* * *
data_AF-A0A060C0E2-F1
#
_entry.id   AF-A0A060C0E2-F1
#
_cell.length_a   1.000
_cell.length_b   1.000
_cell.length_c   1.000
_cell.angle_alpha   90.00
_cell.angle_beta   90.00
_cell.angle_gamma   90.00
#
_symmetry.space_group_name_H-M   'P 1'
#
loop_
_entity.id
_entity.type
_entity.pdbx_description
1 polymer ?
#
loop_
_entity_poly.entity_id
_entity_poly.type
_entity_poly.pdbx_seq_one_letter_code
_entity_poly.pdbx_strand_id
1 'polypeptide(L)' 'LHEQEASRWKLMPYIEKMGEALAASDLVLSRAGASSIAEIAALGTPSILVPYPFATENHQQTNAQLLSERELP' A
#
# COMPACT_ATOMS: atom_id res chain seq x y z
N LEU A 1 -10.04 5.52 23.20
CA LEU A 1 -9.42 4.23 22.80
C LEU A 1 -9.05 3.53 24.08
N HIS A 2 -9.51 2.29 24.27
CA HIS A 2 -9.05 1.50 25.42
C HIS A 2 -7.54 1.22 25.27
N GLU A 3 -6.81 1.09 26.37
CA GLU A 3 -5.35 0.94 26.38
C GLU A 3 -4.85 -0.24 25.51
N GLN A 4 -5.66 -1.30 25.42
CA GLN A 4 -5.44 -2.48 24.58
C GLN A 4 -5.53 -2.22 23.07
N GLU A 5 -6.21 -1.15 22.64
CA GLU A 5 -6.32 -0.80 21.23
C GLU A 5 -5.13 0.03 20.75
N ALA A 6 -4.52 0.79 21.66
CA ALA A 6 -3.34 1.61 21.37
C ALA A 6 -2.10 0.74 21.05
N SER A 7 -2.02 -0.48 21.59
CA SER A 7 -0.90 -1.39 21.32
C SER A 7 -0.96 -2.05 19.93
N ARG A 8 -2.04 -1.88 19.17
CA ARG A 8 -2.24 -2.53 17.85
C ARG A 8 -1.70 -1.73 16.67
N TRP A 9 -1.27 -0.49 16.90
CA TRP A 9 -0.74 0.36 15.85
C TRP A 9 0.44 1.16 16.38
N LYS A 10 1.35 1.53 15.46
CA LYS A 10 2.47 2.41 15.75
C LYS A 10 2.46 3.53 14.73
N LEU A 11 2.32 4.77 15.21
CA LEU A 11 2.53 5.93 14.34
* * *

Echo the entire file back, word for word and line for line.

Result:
data_AF-A0A060C0E2-F1
#
_entry.id   AF-A0A060C0E2-F1
#
_cell.length_a   1.000
_cell.length_b   1.000
_cell.length_c   1.000
_cell.angle_alpha   90.00
_cell.angle_beta   90.00
_cell.angle_gamma   90.00
#
_symmetry.space_group_name_H-M   'P 1'
#
loop_
_entity.id
_entity.type
_entity.pdbx_description
1 polymer ?
#
loop_
_entity_poly.entity_id
_entity_poly.type
_entity_poly.pdbx_seq_one_letter_code
_entity_poly.pdbx_strand_id
1 'polypeptide(L)' 'LHEQEASRWKLMPYIEKMGEALAASDLVLSRAGASSIAEIAALGTPSILVPYPFATENHQQTNAQLLSERELP' A
#
# COMPACT_ATOMS: atom_id res chain seq x y z
N LEU A 1 -10.04 5.52 23.20
CA LEU A 1 -9.42 4.23 22.80
C LEU A 1 -9.05 3.53 24.08
N HIS A 2 -9.51 2.29 24.27
CA HIS A 2 -9.05 1.50 25.42
C HIS A 2 -7.54 1.22 25.27
N GLU A 3 -6.81 1.09 26.37
CA GLU A 3 -5.35 0.94 26.38
C GLU A 3 -4.85 -0.24 25.51
N GLN A 4 -5.66 -1.30 25.42
CA GLN A 4 -5.44 -2.48 24.58
C GLN A 4 -5.53 -2.22 23.07
N GLU A 5 -6.21 -1.15 22.64
CA GLU A 5 -6.32 -0.80 21.23
C GLU A 5 -5.13 0.03 20.75
N ALA A 6 -4.52 0.79 21.66
CA ALA A 6 -3.34 1.61 21.37
C ALA A 6 -2.10 0.74 21.05
N SER A 7 -2.02 -0.48 21.59
CA SER A 7 -0.90 -1.39 21.32
C SER A 7 -0.96 -2.05 19.93
N ARG A 8 -2.04 -1.88 19.17
CA ARG A 8 -2.24 -2.53 17.85
C ARG A 8 -1.70 -1.73 16.67
N TRP A 9 -1.27 -0.49 16.90
CA TRP A 9 -0.74 0.36 15.85
C TRP A 9 0.44 1.16 16.38
N LYS A 10 1.35 1.53 15.46
CA LYS A 10 2.47 2.41 15.75
C LYS A 10 2.46 3.53 14.73
N LEU A 11 2.32 4.77 15.21
CA LEU A 11 2.53 5.93 14.34